Trade ministry executive director Sikongo Haihambo said the N$190-million-dollar Peugeot Opel Assembly Namibia (POAN) venture at Walvis Bay faces challenges related to the export of vehicles assembled in Namibia to South Africa (SA).
“One such barrier is the off-take agreement with Peugeot South Africa as it attracted between 18% to 25% of customs duties, which made the vehicles more expensive and unaffordable, especially for the local economy,” explained Haihambo while responding to questions from New Era.
The plant has since inception in 2018 produced 144 Peugeot and Opel vehicles, inclusive of testing vehicles.
Currently, the assembly operation has sold around 41 vehicles to date, and these vehicles were sold mainly to offices, ministries and agencies (OMAs) in the country.
Additionally, the ED stated that the sale of locally- assembled vehicles could not take off due to the absence of policy frameworks. Thus, only public institutions are exempted from several duties under the Southern African Customs Union (SACU) provisions, which include the purchasing of locally-produced vehicles.
In order to address some of these trade barriers, the ministry is in the process of finalising the automotive development master plan.
He added that the ministry has thus far acquired the manufacturing certificate with the assistance of the works ministry, which is required for the automotive industry, as well as the automotive production and development policy launched in September 2021.
The country also domesticated the SACU automotive production policy, which was approved through Cabinet. The policy provides an opportunity for Namibia to get rebates when it exports locally-manufactured vehicles to SA.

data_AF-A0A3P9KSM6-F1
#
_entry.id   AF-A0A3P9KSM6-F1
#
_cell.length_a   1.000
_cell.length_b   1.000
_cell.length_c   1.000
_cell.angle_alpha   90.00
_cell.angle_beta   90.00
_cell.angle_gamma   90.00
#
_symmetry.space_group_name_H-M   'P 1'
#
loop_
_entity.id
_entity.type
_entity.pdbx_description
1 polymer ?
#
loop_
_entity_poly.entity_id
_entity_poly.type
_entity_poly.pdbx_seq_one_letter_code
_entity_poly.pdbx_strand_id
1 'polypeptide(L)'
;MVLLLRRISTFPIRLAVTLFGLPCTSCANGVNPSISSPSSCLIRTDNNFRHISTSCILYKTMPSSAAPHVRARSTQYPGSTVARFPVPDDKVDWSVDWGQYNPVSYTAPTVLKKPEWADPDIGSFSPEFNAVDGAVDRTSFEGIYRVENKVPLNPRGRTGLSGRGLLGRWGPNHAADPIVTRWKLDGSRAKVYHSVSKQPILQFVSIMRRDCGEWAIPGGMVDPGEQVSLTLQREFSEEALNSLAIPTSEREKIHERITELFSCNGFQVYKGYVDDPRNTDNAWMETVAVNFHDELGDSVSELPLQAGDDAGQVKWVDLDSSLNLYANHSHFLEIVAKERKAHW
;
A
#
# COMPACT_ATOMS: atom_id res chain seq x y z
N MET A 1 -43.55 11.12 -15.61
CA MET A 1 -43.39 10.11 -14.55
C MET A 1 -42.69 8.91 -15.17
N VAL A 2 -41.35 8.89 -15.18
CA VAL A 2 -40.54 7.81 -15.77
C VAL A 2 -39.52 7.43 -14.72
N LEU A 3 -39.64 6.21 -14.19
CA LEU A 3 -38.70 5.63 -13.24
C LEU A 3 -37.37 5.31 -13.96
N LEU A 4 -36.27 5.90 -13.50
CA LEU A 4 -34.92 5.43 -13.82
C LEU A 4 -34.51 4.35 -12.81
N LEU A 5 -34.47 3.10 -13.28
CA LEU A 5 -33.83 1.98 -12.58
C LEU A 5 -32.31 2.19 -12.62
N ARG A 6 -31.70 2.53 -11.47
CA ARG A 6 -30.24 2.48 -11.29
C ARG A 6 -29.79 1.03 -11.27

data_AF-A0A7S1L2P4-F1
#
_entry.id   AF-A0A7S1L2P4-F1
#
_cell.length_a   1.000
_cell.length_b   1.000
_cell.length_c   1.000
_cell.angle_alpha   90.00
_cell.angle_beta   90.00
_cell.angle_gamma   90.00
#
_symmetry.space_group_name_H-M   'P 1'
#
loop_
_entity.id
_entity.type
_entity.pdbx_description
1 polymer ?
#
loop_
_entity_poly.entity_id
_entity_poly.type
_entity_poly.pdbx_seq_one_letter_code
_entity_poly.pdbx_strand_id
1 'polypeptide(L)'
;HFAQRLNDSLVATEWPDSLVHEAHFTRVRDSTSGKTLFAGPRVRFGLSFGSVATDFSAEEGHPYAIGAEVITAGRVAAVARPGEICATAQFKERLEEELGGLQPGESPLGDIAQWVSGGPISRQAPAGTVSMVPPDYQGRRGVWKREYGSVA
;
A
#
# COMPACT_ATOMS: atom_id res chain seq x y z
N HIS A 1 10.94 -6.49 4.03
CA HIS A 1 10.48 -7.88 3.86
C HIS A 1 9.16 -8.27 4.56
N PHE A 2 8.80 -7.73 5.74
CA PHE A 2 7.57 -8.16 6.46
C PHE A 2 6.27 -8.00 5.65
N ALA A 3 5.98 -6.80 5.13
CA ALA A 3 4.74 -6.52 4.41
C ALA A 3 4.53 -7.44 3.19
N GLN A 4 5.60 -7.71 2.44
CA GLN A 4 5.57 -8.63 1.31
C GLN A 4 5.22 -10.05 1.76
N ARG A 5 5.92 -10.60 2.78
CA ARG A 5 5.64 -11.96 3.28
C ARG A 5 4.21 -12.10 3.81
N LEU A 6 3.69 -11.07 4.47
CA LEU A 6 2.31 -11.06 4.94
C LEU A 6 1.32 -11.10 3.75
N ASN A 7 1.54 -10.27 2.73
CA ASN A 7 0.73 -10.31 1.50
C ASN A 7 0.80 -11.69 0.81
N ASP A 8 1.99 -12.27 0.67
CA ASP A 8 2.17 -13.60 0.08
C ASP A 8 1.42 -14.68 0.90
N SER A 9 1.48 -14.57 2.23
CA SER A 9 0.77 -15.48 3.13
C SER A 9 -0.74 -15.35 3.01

The ministry is at an advanced stage of engaging the Namibia Revenue Agency (NamRA) in order to get a lasting solution for reduced rebates for local consumption.
POAN was officially launched and unveiled by President Hage Geingob on 5 December 2018 at Walvis Bay.
Furthermore, the POAN investment agreement facilitated the joint venture contract between Groupe PSA, a French multinational automotive manufacturing company, and the Namibia Development Corporation (NDC), which has since evolved into the Namibia Industrial Development Agency (NIDA), representing an amalgamation with the former Offshore Development Corporation (ODC).
The assembly anticipated achieving a target volume of 5 000 units by 2020 to meet the SACU market demand.
“Moreover, the project seeks to bolster diversification stratagem set out in our Growth at Home strategy. Local small and medium enterprises are expected to score benefits from this investment, enabling Namibia to realise the positive externalities and spillovers from Foreign Direct Investment (FDI),” said trade ministry spokesperson Elijah Mukubonda last year.